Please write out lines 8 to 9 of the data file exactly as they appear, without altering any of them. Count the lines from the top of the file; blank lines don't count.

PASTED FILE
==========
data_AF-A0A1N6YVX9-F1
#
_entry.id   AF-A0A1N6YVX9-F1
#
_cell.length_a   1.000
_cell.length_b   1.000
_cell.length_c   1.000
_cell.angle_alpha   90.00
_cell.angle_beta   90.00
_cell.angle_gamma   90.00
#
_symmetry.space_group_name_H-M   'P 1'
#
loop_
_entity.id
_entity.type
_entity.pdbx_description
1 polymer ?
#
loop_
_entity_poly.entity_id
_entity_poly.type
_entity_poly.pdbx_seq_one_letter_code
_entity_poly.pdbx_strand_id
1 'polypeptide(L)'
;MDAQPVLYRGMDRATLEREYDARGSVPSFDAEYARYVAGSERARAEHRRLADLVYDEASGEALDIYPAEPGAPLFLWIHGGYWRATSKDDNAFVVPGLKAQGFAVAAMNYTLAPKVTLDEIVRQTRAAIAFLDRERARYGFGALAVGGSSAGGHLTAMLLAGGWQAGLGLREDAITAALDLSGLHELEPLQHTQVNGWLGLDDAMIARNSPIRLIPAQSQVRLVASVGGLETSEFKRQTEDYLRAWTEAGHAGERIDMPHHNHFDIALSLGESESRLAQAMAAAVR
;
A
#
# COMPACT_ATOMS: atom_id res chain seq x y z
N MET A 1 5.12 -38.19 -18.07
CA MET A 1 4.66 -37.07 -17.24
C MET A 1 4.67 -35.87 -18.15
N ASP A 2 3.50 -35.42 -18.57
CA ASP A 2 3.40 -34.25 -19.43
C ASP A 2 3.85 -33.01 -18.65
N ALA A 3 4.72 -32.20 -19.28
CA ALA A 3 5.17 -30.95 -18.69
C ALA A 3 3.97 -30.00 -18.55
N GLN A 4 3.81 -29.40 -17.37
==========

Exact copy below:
_cell.angle_alpha   90.00
_cell.angle_beta   90.00